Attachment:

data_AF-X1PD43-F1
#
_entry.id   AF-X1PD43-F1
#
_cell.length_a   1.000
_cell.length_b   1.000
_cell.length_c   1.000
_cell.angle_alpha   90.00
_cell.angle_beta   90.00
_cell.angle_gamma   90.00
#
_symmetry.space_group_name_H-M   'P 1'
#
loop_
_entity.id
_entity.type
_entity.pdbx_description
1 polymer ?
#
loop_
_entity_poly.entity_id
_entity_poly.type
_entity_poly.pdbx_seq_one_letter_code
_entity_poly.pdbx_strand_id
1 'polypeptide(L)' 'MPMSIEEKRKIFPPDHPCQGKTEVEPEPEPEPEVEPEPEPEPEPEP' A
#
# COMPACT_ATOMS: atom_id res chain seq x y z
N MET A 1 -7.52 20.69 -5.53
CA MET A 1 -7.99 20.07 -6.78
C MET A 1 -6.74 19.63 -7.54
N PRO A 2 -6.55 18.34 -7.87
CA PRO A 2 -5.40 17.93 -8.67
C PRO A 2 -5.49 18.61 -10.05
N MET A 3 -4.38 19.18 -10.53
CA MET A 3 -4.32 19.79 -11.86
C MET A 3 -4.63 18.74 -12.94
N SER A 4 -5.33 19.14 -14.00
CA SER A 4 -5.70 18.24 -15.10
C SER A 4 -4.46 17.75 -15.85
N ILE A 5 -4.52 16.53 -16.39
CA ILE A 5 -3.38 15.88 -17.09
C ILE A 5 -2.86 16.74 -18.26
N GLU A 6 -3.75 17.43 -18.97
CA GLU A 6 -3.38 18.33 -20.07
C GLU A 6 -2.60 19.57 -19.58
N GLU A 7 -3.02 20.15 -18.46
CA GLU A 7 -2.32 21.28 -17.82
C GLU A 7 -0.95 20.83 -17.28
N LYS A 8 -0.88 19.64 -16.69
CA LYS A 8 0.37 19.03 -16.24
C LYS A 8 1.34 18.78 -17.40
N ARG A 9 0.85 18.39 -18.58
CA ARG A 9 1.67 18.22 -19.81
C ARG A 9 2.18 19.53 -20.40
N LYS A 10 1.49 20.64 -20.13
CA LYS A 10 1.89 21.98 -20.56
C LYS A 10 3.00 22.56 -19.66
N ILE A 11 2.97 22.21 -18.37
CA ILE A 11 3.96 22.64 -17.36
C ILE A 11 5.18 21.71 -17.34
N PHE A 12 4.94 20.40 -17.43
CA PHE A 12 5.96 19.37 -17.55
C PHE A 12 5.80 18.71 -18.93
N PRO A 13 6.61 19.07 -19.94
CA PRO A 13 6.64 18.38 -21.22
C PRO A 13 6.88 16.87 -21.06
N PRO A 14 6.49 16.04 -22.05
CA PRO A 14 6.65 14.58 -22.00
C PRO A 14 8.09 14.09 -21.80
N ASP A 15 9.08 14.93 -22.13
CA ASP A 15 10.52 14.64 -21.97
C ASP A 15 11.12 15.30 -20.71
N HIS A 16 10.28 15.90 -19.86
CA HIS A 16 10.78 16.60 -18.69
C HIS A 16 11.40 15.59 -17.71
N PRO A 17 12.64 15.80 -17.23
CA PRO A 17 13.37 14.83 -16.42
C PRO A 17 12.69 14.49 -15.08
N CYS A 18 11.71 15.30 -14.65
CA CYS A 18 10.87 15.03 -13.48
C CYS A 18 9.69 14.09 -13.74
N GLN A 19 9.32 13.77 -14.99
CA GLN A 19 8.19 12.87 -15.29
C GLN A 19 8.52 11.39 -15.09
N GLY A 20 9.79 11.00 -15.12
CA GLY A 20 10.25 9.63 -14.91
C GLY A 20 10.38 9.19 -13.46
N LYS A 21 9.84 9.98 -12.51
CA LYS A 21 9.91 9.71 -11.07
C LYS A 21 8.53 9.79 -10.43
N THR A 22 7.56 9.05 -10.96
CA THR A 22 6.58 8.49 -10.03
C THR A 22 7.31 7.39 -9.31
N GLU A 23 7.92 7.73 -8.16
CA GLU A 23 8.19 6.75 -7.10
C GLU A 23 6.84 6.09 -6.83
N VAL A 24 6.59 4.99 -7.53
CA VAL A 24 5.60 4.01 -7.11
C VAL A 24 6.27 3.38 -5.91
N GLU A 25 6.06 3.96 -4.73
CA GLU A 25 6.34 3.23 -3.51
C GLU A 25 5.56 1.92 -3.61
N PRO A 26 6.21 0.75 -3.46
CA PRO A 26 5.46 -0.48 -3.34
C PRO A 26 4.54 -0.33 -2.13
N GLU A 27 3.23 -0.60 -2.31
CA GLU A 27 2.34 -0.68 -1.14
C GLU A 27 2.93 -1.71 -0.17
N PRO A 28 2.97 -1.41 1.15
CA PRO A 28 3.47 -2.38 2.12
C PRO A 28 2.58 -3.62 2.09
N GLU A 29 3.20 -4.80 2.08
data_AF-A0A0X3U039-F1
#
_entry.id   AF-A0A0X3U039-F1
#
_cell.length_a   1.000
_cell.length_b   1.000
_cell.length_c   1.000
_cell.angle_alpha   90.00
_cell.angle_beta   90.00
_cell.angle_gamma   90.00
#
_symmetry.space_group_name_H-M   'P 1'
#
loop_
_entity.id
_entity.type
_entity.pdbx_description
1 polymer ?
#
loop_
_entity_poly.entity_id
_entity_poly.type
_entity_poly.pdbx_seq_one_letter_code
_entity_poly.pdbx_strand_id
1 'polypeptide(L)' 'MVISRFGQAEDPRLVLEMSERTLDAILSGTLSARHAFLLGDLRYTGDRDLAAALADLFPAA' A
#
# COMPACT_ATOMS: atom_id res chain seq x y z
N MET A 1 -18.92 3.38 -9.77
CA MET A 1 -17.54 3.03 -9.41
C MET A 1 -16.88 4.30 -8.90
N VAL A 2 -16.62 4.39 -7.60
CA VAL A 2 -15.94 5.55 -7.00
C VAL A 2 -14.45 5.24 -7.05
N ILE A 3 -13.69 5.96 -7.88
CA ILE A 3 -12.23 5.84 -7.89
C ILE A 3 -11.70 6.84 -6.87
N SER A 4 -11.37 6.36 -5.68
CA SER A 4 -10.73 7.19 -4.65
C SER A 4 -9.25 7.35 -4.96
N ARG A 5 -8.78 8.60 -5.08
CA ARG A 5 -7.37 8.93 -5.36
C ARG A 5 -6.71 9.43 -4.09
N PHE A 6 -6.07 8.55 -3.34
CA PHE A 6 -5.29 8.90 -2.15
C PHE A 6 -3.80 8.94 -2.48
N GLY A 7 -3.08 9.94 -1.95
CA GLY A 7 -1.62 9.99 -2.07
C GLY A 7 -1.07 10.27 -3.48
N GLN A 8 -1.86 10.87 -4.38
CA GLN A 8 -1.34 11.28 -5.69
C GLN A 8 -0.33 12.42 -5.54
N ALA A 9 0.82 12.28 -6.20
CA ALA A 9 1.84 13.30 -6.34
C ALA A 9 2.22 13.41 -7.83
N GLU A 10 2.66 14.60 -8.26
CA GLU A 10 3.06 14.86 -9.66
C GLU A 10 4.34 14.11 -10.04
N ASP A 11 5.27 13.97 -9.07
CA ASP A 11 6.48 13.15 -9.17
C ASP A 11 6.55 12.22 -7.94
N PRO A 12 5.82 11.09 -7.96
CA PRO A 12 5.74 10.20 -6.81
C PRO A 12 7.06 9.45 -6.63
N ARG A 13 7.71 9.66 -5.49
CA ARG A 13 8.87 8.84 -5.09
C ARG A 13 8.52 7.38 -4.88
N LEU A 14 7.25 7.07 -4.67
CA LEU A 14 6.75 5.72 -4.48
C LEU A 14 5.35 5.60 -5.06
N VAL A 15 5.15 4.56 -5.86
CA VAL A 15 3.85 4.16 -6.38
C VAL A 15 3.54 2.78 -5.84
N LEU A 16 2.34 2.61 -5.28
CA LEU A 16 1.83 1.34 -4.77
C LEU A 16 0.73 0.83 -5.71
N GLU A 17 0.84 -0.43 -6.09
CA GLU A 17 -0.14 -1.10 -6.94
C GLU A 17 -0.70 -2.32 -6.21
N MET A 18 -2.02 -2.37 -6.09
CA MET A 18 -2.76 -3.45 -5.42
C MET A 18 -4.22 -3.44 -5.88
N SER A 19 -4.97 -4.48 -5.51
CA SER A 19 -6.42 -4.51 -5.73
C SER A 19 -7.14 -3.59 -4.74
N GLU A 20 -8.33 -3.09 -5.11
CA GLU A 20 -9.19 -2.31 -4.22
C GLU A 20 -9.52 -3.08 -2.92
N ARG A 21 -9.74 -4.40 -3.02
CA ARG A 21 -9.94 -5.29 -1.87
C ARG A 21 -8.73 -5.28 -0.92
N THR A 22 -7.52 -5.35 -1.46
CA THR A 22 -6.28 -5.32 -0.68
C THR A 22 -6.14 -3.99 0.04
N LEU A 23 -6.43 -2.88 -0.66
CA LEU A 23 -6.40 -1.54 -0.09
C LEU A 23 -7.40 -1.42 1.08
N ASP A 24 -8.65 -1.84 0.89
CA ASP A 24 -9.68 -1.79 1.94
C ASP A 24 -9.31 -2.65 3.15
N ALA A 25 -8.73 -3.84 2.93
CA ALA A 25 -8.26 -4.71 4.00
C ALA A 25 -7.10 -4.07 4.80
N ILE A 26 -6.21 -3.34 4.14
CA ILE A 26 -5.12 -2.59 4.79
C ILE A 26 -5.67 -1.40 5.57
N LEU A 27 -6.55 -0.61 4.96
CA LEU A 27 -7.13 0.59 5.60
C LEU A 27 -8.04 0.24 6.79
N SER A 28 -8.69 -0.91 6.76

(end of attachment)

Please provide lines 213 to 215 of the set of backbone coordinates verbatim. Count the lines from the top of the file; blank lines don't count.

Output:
CA ALA A 25 -8.26 -4.71 4.00
C ALA A 25 -7.10 -4.07 4.80
N ILE A 26 -6.21 -3.34 4.14